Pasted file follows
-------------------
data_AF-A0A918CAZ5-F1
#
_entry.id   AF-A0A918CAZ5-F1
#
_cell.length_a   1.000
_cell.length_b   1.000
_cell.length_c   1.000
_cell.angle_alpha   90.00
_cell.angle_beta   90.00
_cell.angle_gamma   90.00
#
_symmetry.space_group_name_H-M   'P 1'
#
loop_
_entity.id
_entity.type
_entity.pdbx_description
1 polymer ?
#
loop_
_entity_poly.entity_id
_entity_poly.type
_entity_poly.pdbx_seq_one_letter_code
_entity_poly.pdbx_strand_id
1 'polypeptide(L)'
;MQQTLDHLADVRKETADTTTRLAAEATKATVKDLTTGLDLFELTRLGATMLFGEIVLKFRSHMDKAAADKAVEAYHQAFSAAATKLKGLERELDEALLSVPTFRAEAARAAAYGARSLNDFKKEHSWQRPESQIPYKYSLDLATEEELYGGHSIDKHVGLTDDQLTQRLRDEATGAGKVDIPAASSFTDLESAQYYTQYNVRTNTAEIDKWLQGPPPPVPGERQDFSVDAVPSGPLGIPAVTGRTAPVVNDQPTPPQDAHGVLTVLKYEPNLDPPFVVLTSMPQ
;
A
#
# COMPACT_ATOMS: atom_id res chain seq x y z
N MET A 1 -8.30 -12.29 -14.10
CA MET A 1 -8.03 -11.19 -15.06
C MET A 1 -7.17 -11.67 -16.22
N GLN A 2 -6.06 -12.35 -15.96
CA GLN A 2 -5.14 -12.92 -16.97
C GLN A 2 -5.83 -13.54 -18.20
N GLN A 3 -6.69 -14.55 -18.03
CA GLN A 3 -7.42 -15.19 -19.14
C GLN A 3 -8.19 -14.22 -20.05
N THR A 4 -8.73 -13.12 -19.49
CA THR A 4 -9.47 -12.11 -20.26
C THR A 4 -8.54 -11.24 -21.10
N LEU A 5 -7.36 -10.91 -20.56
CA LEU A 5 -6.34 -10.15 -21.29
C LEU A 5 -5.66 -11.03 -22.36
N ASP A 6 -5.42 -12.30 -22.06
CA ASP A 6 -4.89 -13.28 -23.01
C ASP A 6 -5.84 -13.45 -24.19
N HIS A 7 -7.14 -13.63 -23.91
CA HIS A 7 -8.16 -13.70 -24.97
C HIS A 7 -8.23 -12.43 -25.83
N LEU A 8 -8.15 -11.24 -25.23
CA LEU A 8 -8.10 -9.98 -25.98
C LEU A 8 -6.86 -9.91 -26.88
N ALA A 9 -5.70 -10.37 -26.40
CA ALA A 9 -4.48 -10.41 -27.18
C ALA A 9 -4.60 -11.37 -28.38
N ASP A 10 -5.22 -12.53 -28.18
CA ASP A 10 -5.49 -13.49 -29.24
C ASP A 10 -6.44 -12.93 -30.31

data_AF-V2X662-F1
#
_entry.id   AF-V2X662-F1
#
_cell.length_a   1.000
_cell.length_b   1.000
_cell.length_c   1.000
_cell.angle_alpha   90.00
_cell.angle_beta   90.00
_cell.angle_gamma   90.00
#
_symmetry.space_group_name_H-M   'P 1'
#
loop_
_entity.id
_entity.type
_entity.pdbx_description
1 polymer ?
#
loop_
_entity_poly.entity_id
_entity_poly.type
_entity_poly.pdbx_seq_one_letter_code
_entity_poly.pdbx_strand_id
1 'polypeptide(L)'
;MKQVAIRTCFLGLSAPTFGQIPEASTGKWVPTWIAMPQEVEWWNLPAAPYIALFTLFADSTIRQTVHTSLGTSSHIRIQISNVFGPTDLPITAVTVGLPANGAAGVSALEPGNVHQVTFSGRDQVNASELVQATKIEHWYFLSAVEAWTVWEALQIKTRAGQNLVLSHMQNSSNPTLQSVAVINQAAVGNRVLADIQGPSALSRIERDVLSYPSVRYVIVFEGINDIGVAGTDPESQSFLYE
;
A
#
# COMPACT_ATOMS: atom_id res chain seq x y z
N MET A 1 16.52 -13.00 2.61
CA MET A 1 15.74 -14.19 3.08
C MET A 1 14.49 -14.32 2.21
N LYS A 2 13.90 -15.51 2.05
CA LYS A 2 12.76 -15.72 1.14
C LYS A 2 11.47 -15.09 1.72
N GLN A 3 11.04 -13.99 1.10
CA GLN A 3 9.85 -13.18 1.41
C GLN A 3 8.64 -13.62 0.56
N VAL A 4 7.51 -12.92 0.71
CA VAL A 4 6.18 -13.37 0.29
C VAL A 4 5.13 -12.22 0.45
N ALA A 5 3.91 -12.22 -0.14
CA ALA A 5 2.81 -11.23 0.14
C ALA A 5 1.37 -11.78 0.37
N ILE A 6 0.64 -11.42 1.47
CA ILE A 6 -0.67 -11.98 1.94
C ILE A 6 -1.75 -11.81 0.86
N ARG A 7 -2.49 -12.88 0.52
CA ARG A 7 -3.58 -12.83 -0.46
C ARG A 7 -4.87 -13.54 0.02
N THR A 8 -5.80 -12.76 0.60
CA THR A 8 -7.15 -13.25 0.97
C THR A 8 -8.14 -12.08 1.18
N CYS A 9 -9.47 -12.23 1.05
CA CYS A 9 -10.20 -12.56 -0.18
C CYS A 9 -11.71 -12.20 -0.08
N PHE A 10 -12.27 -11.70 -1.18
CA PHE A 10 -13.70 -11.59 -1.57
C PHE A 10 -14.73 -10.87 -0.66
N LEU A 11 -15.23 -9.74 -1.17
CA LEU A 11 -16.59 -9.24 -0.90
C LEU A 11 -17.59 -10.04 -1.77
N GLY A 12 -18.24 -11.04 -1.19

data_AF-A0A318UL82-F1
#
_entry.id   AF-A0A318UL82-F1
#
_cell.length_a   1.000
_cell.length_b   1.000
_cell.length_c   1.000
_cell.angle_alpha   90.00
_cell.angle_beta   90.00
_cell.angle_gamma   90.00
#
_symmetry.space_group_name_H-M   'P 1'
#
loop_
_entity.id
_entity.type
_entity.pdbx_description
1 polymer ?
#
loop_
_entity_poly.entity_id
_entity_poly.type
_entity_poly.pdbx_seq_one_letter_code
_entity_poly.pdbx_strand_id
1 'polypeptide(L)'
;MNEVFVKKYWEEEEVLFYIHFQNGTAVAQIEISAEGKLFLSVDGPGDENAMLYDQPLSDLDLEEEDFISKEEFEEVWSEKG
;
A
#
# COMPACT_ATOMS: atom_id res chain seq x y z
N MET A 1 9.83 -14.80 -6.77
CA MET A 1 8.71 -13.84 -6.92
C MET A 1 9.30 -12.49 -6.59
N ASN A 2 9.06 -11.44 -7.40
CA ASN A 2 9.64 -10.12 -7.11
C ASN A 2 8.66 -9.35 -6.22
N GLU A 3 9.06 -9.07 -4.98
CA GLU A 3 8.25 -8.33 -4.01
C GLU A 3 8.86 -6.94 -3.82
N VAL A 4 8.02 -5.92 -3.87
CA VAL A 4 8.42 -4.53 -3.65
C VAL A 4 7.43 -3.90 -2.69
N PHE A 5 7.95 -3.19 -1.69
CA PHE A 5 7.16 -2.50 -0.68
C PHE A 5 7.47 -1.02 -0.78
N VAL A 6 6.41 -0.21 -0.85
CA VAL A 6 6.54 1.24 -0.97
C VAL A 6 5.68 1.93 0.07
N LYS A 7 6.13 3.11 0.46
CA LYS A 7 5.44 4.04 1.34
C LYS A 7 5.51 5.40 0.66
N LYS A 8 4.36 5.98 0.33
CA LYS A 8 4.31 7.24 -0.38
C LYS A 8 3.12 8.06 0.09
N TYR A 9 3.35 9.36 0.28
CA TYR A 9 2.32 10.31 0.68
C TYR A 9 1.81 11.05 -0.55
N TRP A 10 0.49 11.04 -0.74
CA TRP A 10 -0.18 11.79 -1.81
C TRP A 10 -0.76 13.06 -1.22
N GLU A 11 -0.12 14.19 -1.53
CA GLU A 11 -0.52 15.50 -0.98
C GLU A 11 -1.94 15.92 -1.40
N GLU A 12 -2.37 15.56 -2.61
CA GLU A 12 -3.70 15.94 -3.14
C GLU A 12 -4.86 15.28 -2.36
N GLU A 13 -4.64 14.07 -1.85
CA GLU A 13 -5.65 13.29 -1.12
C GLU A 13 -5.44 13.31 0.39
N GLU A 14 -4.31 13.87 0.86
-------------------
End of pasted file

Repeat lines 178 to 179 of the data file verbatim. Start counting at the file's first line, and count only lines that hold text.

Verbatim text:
C LYS A 8 3.12 8.06 0.09
N TYR A 9 3.35 9.36 0.28